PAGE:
Galaxy S II audio output as music player has issues
Audible CPU and Radio noise
Today most listeners enjoy music with isolating earphones, as they are useful for listening to music or podcasts in loud environments without having to pump the volume up and introduce listening fatigue. Most in-ear gear is highly sensitive. Combined with low impedance and 20dB isolation, hiss and other noise are quickly noticeable.
Galaxy S II is not recommended to drive directly sensitive in-ears because you’ll easily hear the CPU working. Fixing the CPU frequency to its maximum (rooted phones only) doesn’t prevent this annoying noise reminding us of cheap integrated audio codecs a dozen years ago. Admittedly, hiss and noise levels of Galaxy S II headphone output are a lot lower, but today’s standard mobile headphones reveal them easily.
If you’re using sensitive in-ear headphones, radio GSM / EDGE noise is as audible, indicating a probable hardware design flaw of the codec or the board. The culprit is poor EMI shielding.
- 0:00 to 0:02 sound card noise only.
- 0:02 pop on codec power up, music start to play. EDGE activated, Volume 1/15
- 0:02 to 0:35 music playing, you can hear GSM and CPU noises despite the signal
- 0:35 Volume set from 1/15 to 0/15. Music keeps playing in background but is silent
- 1:03 WiFi enabled, EDGE is automatically disabled. Moving some UI elements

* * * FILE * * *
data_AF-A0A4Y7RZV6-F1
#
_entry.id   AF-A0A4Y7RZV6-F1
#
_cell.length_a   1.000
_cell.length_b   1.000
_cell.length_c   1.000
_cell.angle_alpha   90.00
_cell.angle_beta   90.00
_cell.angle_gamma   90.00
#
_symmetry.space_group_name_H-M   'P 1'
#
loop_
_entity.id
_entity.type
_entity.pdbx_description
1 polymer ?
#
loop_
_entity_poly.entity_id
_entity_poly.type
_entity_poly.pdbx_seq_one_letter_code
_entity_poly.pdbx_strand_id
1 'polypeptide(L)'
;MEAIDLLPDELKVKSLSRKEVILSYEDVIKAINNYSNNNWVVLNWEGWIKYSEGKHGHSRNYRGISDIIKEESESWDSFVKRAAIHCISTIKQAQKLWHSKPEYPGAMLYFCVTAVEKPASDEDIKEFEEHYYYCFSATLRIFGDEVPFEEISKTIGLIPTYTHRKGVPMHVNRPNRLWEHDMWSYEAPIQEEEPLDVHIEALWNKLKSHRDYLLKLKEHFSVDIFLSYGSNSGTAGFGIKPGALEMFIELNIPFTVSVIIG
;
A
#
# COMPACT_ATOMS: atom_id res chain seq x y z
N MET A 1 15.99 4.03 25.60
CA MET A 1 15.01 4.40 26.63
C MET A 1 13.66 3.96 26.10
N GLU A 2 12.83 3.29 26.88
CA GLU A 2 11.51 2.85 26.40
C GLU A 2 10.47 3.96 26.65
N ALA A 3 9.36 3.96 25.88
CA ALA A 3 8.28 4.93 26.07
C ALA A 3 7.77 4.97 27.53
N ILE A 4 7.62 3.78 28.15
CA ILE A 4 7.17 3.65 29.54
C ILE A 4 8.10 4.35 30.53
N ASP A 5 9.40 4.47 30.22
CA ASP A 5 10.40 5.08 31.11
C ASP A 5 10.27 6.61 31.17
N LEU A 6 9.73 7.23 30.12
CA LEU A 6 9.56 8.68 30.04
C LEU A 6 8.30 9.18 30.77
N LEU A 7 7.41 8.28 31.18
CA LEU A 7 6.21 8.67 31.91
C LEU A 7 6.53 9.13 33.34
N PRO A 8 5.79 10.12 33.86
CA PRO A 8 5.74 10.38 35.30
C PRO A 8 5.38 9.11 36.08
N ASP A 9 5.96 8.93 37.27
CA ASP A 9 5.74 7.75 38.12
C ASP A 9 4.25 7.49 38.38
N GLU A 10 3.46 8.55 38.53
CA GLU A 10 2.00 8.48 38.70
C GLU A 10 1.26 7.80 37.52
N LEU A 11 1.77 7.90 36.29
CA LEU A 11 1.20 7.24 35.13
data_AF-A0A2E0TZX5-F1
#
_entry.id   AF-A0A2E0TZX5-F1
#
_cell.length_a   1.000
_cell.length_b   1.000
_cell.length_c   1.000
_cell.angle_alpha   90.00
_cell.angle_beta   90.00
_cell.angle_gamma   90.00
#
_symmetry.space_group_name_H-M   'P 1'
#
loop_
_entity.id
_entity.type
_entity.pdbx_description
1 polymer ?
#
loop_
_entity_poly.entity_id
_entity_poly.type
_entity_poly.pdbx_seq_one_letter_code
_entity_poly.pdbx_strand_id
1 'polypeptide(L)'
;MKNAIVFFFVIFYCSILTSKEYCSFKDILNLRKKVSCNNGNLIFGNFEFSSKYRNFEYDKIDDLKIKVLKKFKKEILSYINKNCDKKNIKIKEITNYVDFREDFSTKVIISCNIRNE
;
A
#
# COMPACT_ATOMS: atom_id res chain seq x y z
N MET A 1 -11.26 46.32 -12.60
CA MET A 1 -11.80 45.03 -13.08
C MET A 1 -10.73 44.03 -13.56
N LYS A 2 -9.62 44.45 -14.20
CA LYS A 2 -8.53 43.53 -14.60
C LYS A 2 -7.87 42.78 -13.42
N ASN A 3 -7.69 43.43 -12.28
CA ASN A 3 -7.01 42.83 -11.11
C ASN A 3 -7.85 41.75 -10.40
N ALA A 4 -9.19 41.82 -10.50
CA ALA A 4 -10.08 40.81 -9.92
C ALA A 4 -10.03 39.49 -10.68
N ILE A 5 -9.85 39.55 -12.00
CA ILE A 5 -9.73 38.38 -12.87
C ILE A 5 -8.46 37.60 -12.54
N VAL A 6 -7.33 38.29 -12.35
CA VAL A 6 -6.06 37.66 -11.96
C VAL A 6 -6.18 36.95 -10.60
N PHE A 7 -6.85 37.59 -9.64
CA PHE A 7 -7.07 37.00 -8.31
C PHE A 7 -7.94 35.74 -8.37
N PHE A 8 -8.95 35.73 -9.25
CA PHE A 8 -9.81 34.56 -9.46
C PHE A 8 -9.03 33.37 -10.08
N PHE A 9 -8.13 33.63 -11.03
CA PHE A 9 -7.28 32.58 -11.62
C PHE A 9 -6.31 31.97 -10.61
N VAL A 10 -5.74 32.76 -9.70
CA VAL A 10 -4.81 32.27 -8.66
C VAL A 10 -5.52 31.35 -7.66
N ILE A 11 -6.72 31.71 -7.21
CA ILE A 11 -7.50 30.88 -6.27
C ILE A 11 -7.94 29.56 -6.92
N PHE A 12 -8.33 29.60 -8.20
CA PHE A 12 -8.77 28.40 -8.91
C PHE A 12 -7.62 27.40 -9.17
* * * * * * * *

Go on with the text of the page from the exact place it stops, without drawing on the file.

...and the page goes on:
Due to its bursty nature, this flaw is hard to expose in measurements and fortunately less audible with medium sensitivity headphones, not at all with low sensitivity ones.
You can solve this issue by using an attenuator or amplifier: maximizing digital Android output level and adjusting the volume to your need with the amp.
With today’s Android audio implementation, all kind of media are sent to the DAC as a 44100 / 16bit / Stereo stream. Despite the usage of a fixed rate, Yamaha’s codec is not able to provide a very clean output.
Galaxy S II DAC output quality is limited by several kind of distortions. So far, no firmware was able to fix those despite early Korean updates describing “audio clarity improvements”.
When playing music, those artifacts are perceived as “lack of clarity”, “reduction of stereo separation”, “loss of detail” and “lifeless sound” (opposite of lively).
From 20 Hz to 20 kHz, dB: -0.42, +0.04
Galaxy S II Frequency response: no load (line in)